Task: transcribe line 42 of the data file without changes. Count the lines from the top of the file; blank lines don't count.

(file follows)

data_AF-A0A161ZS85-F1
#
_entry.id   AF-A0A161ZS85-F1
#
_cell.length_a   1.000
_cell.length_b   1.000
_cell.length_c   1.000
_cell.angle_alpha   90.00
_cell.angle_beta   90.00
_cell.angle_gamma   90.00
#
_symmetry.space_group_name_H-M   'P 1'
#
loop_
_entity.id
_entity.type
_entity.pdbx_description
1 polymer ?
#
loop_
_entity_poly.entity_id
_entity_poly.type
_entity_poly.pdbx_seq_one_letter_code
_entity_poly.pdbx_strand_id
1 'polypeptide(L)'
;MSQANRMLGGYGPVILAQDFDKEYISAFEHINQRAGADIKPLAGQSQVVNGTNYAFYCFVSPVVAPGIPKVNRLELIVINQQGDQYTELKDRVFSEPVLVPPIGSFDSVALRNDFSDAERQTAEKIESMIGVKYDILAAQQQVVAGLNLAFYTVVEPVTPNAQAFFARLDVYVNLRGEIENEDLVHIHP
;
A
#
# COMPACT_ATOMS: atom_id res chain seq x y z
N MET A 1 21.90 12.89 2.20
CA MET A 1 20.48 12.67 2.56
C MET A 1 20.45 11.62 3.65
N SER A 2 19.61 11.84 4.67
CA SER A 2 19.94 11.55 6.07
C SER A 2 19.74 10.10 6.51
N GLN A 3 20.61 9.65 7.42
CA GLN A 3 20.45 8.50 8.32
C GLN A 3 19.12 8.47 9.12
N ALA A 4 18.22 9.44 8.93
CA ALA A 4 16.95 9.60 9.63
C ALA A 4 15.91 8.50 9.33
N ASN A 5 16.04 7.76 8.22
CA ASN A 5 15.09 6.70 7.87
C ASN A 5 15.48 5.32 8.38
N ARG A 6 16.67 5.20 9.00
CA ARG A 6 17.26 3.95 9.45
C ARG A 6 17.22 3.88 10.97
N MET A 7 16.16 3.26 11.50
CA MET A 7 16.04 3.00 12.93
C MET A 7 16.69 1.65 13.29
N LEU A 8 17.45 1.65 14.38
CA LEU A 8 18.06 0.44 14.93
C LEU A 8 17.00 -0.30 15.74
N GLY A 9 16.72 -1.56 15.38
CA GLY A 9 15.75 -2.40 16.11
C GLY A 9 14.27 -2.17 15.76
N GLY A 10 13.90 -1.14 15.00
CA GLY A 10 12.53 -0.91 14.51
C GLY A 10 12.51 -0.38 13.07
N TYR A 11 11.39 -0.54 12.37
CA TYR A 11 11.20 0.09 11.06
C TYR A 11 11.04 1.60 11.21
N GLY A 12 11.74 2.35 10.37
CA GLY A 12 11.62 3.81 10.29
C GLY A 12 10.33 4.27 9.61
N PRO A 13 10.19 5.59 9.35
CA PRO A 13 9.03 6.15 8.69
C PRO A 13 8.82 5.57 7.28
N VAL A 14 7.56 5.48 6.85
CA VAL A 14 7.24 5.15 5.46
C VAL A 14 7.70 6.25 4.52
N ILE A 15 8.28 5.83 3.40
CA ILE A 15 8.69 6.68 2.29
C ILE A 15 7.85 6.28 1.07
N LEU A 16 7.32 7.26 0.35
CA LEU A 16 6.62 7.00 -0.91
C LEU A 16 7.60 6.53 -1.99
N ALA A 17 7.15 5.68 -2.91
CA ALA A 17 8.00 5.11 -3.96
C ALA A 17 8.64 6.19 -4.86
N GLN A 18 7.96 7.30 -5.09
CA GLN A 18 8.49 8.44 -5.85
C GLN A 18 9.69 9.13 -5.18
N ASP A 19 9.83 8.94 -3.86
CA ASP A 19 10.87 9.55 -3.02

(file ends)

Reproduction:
C ALA A 4 15.91 8.50 9.33